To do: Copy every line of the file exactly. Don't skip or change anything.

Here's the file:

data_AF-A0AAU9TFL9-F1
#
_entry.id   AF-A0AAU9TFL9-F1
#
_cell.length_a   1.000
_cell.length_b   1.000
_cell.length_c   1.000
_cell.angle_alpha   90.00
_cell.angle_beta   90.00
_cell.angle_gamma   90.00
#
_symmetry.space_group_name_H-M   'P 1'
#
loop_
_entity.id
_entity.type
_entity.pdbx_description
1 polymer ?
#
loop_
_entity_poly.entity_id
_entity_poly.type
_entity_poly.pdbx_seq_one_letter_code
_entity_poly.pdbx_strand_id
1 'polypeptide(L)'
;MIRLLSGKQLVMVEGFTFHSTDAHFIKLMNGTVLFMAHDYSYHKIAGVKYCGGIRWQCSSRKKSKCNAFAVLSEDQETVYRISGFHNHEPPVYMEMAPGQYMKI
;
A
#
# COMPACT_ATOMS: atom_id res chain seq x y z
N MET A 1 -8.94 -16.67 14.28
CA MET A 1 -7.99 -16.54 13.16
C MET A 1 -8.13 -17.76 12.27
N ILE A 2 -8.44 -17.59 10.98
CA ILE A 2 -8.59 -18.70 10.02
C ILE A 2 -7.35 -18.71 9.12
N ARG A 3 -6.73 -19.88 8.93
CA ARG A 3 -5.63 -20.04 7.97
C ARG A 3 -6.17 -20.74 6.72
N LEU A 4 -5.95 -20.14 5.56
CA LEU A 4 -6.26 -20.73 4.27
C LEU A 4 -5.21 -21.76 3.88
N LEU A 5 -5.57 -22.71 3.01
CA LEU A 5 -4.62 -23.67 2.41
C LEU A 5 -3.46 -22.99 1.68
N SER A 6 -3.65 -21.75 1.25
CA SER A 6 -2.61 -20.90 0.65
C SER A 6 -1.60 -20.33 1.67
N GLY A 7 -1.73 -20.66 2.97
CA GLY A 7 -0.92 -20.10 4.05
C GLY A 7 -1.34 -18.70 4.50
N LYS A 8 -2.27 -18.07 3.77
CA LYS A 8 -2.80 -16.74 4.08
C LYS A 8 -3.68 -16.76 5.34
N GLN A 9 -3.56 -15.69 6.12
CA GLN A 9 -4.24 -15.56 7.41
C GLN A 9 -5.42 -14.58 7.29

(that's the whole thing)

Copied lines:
data_AF-A0AAU9TFL9-F1
#
_entry.id   AF-A0AAU9TFL9-F1
#
_cell.length_a   1.000
_cell.length_b   1.000
_cell.length_c   1.000
_cell.angle_alpha   90.00
_cell.angle_beta   90.00
_cell.angle_gamma   90.00
#
_symmetry.space_group_name_H-M   'P 1'
#
loop_
_entity.id
_entity.type
_entity.pdbx_description
1 polymer ?
#
loop_
_entity_poly.entity_id
_entity_poly.type
_entity_poly.pdbx_seq_one_letter_code
_entity_poly.pdbx_strand_id
1 'polypeptide(L)'
;MIRLLSGKQLVMVEGFTFHSTDAHFIKLMNGTVLFMAHDYSYHKIAGVKYCGGIRWQCSSRKKSKCNAFAVLSEDQETVYRISGFHNHEPPVYMEMAPGQYMKI
;
A
#
# COMPACT_ATOMS: atom_id res chain seq x y z
N MET A 1 -8.94 -16.67 14.28
CA MET A 1 -7.99 -16.54 13.16
C MET A 1 -8.13 -17.76 12.27
N ILE A 2 -8.44 -17.59 10.98
CA ILE A 2 -8.59 -18.70 10.02
C ILE A 2 -7.35 -18.71 9.12
N ARG A 3 -6.73 -19.88 8.93
CA ARG A 3 -5.63 -20.04 7.97
C ARG A 3 -6.17 -20.74 6.72
N LEU A 4 -5.95 -20.14 5.56
CA LEU A 4 -6.26 -20.73 4.27
C LEU A 4 -5.21 -21.76 3.88
N LEU A 5 -5.57 -22.71 3.01
CA LEU A 5 -4.62 -23.67 2.41
C LEU A 5 -3.46 -22.99 1.68
N SER A 6 -3.65 -21.75 1.25
CA SER A 6 -2.61 -20.90 0.65
C SER A 6 -1.60 -20.33 1.67
N GLY A 7 -1.73 -20.66 2.97
CA GLY A 7 -0.92 -20.10 4.05
C GLY A 7 -1.34 -18.70 4.50
N LYS A 8 -2.27 -18.07 3.77
CA LYS A 8 -2.80 -16.74 4.08
C LYS A 8 -3.68 -16.76 5.34
N GLN A 9 -3.56 -15.69 6.12
CA GLN A 9 -4.24 -15.56 7.41
C GLN A 9 -5.42 -14.58 7.29